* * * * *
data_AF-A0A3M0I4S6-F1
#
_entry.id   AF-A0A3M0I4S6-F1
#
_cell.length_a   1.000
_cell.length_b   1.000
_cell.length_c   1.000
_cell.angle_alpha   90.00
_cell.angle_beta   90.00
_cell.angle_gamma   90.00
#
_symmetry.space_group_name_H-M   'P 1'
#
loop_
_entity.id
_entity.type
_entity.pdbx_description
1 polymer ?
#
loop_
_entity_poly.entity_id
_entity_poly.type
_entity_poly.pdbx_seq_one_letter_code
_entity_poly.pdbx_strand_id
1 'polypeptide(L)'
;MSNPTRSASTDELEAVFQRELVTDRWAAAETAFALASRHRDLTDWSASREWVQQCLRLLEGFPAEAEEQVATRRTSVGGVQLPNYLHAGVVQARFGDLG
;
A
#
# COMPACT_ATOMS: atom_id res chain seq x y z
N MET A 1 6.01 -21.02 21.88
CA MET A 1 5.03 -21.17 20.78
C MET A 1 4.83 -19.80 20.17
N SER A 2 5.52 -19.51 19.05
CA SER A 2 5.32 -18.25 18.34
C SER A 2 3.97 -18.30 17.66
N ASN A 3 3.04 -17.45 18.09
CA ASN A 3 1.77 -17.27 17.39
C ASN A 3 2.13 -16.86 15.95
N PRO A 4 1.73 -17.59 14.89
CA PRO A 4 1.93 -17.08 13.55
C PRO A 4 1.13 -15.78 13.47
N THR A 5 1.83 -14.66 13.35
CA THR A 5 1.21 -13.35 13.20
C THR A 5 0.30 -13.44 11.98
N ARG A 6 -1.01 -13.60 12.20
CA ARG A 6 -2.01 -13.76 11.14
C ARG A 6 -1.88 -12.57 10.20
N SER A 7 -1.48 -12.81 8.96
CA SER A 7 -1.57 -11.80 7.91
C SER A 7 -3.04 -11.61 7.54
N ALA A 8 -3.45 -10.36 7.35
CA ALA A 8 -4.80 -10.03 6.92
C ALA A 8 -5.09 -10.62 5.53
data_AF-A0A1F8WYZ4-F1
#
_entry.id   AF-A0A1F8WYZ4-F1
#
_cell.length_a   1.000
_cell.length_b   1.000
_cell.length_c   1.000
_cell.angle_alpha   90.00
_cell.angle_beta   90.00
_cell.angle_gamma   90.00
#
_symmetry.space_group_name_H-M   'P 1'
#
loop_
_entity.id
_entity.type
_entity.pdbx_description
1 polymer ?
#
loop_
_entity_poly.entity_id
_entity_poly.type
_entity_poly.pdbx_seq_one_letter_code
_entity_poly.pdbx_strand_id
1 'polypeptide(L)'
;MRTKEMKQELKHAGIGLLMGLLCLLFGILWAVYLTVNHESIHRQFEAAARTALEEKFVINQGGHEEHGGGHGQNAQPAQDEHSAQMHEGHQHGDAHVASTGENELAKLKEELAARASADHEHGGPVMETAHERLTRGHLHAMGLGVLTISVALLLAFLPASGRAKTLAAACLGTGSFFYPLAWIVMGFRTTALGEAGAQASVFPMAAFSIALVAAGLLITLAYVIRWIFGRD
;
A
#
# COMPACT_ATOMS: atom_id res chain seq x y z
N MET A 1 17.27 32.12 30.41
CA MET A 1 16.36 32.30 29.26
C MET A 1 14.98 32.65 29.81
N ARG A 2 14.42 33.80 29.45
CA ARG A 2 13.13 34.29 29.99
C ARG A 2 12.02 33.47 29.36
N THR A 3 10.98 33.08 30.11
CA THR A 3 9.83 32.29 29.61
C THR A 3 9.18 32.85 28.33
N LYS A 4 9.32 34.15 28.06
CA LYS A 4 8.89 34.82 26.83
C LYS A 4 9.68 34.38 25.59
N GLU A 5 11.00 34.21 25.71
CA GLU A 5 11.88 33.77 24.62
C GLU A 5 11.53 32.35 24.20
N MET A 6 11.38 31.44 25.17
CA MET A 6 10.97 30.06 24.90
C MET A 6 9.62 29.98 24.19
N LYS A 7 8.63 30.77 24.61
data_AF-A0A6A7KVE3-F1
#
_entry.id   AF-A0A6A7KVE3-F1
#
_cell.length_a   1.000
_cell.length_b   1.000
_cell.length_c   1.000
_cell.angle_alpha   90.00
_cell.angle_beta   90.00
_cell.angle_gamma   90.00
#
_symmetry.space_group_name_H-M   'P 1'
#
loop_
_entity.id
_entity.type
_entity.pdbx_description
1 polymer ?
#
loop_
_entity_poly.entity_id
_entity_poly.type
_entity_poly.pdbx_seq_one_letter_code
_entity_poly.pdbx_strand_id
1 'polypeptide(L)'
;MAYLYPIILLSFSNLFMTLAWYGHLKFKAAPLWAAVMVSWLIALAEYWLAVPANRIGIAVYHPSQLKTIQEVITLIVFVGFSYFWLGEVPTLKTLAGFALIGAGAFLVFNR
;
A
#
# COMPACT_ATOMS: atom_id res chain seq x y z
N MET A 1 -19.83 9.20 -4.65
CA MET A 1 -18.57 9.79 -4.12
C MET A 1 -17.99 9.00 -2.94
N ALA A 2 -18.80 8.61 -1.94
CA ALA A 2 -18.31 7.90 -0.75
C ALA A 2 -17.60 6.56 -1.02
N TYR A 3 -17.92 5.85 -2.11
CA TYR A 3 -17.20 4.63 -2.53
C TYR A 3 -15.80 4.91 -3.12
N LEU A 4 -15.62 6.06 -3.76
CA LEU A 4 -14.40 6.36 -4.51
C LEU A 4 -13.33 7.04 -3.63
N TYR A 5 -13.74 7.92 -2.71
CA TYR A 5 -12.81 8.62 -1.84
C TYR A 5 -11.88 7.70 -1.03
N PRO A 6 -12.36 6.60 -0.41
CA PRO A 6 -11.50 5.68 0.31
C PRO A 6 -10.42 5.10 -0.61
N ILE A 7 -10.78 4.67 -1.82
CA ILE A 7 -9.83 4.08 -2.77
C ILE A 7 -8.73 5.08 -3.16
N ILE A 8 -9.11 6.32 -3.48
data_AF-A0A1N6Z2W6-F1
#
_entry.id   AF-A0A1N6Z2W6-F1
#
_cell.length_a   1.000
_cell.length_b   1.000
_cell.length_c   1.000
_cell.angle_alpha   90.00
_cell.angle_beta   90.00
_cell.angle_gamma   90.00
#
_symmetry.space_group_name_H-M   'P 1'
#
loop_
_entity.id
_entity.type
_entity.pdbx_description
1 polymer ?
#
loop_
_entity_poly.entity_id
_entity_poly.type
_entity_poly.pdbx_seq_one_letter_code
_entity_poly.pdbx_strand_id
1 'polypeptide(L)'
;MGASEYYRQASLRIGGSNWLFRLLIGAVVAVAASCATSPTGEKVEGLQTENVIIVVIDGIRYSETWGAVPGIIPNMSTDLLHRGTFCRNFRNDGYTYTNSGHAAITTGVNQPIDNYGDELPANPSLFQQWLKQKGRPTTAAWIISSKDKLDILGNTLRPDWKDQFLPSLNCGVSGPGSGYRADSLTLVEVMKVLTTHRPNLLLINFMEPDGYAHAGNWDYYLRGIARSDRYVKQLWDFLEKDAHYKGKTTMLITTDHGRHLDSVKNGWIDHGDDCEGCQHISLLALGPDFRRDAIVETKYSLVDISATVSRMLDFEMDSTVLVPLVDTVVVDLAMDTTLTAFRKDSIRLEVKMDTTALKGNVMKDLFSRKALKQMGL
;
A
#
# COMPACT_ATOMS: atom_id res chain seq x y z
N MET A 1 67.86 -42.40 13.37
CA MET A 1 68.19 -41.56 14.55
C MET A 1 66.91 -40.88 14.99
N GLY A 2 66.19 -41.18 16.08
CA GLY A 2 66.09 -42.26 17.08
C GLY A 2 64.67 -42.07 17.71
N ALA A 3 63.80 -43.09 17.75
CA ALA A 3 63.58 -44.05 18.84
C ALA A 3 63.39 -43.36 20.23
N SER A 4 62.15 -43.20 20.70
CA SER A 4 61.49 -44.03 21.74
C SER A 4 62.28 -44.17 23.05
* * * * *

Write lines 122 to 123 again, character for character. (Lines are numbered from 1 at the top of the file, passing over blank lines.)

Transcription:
#
loop_